Escape to the Moon: The Man Who Caught a Ride on Apollo 11


The Apollo 11 mission has been described as one of the most incredible feats in modern history. On July 16th, 1969, Neil Armstrong, Buzz Aldrin and Michael Collins launched from the Kennedy Space Center atop a Saturn V rocket and embarked on the first-ever human journey to the moon. Although Armstrong and Aldrin were the first to walk on the moon’s surface, another man played a key role in the mission. Eugene Cernan, a Navy lieutenant commander, was the first man to ever “catch a ride” to the moon.

Cernan’s journey began three years earlier, in 1966, when he was selected as a member of NASA’s third group of astronauts. He was initially assigned to the Apollo 8 mission, but that mission was delayed by technical difficulties. In the meantime, Cernan was assigned to the Apollo 10 mission, serving as the lunar module pilot. On May 18th, 1969, Cernan and his crewmates, Thomas Stafford and John Young, blasted off from Florida’s Cape Canaveral Air Force Station.

Cernan and his crewmates completed a total of five orbits around the moon, coming within just 8.4 miles of its surface. As the lunar module descended to the moon’s surface – a maneuver known as the “dry run” – Cernan became the first human being to ever orbit the moon and the second to ever fly around it. Although the mission was a success, Apollo 8’s launch was delayed again, and Cernan was reassigned to Apollo 11.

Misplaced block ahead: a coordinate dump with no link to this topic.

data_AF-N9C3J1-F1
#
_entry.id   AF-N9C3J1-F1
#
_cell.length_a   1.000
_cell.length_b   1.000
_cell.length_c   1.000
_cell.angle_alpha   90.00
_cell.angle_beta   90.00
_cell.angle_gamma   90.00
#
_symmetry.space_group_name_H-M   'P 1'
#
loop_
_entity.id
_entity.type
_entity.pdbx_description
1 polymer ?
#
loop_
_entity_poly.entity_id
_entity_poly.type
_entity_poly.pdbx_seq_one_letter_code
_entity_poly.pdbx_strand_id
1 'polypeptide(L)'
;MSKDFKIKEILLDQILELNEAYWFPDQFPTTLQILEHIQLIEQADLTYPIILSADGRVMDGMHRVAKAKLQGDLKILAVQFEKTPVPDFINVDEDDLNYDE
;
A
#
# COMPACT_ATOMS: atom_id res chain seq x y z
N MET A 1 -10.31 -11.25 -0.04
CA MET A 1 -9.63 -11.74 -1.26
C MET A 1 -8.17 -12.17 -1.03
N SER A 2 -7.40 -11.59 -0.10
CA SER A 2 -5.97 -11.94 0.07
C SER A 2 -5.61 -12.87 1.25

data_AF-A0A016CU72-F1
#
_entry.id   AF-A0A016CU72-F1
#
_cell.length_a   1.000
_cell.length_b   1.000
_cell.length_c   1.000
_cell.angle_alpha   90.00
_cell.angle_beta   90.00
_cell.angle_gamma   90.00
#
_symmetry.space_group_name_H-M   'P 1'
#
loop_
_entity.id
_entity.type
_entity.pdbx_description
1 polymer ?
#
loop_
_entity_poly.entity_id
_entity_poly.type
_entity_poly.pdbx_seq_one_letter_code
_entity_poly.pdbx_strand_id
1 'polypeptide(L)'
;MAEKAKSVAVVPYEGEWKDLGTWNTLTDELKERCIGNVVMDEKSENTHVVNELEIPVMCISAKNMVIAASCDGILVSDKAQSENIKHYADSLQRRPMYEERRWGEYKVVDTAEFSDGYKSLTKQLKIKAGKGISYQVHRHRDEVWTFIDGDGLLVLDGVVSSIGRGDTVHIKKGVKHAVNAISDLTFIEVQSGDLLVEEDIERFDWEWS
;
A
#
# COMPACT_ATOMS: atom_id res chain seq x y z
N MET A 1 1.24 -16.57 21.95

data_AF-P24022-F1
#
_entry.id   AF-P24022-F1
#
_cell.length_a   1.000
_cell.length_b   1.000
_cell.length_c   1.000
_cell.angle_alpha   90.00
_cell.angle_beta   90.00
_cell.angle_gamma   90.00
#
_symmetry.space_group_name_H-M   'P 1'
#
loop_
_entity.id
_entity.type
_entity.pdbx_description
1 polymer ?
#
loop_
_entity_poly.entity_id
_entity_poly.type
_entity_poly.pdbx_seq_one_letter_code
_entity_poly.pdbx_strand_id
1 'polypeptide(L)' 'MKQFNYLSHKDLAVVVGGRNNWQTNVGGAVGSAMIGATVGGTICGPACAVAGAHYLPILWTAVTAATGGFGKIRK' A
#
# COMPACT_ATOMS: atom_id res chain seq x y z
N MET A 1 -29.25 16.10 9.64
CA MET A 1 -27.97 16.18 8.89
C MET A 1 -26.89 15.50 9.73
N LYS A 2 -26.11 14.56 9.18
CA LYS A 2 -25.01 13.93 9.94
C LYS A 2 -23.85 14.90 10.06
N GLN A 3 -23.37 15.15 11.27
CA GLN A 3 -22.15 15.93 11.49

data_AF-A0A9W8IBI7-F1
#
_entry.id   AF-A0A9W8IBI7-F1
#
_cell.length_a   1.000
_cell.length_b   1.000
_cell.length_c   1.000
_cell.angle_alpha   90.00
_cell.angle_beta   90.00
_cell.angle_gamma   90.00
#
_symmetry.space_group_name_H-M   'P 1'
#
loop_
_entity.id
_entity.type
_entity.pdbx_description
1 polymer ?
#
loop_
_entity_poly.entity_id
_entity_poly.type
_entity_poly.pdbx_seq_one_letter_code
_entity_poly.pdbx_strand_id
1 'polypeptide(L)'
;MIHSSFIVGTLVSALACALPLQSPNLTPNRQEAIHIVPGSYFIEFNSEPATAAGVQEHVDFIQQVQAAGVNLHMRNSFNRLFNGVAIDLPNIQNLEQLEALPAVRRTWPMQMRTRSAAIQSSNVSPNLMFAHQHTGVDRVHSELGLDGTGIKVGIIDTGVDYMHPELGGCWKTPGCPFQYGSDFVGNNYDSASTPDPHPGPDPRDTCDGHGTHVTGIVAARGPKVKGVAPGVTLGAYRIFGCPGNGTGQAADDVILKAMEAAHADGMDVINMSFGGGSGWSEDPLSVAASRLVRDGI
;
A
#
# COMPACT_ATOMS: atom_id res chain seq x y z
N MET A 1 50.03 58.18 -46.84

Cernan and Apollo 11’s crew launched from the Kennedy Space Center just six weeks after his return from Apollo 10. On July 20th, Armstrong and Aldrin became the first humans to ever set foot on the moon, while Michael Collins remained in lunar orbit aboard the command module. Cernan was an integral part of the mission, however. He served as the lunar module pilot, navigating the craft as it descended to the moon’s surface.

Once the lunar module touched down, Cernan and Collins waited in lunar orbit while Armstrong and Aldrin explored the moon’s surface. After the two astronauts had returned to the lunar module, Cernan “caught a ride” on the craft as it lifted off the moon’s surface and flew back to the command module.

Cernan’s involvement in the mission didn’t end there. He was also responsible for flying the lunar module back to the command module, a maneuver known as the “rendezvous,” and for helping Armstrong and Aldrin back into the command module as they returned from the moon.

Upon the crew’s return to Earth, Cernan was awarded the Congressional Space Medal of Honor, making him the only living recipient of the award. He went on to serve as the Commander of Apollo 17, the last human mission ever launched to the moon, and retired as a captain in 1976.

Today, Cernan is remembered as the first man to ever “catch a ride” on a lunar mission. He may not have been the first to walk on the moon, but his role in the mission was just as important in making history.

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